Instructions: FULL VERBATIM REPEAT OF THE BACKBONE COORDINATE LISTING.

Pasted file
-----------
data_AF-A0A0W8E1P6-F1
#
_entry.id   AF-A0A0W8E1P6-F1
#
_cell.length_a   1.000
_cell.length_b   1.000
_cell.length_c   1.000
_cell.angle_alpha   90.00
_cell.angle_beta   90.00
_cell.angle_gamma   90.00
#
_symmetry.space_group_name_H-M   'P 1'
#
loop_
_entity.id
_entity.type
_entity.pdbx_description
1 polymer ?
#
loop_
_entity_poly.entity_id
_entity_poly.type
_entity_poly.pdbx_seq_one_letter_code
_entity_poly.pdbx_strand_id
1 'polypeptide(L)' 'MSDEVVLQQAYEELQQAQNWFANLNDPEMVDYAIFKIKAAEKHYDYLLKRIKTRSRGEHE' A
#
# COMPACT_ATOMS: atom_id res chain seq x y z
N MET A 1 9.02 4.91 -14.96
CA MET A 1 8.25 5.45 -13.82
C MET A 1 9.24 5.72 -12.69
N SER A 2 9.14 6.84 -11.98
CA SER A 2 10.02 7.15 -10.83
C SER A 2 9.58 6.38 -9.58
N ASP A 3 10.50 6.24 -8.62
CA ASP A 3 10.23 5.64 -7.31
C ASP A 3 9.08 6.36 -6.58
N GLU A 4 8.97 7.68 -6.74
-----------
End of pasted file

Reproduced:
data_AF-A0A0W8E1P6-F1
#
_entry.id   AF-A0A0W8E1P6-F1
#
_cell.length_a   1.000
_cell.length_b   1.000
_cell.length_c   1.000
_cell.angle_alpha   90.00
_cell.angle_beta   90.00
_cell.angle_gamma   90.00
#
_symmetry.space_group_name_H-M   'P 1'
#
loop_
_entity.id
_entity.type
_entity.pdbx_description
1 polymer ?
#
loop_
_entity_poly.entity_id
_entity_poly.type
_entity_poly.pdbx_seq_one_letter_code
_entity_poly.pdbx_strand_id
1 'polypeptide(L)' 'MSDEVVLQQAYEELQQAQNWFANLNDPEMVDYAIFKIKAAEKHYDYLLKRIKTRSRGEHE' A
#
# COMPACT_ATOMS: atom_id res chain seq x y z
N MET A 1 9.02 4.91 -14.96
CA MET A 1 8.25 5.45 -13.82
C MET A 1 9.24 5.72 -12.69
N SER A 2 9.14 6.84 -11.98
CA SER A 2 10.02 7.15 -10.83
C SER A 2 9.58 6.38 -9.58
N ASP A 3 10.50 6.24 -8.62
CA ASP A 3 10.23 5.64 -7.31
C ASP A 3 9.08 6.36 -6.58
N GLU A 4 8.97 7.68 -6.74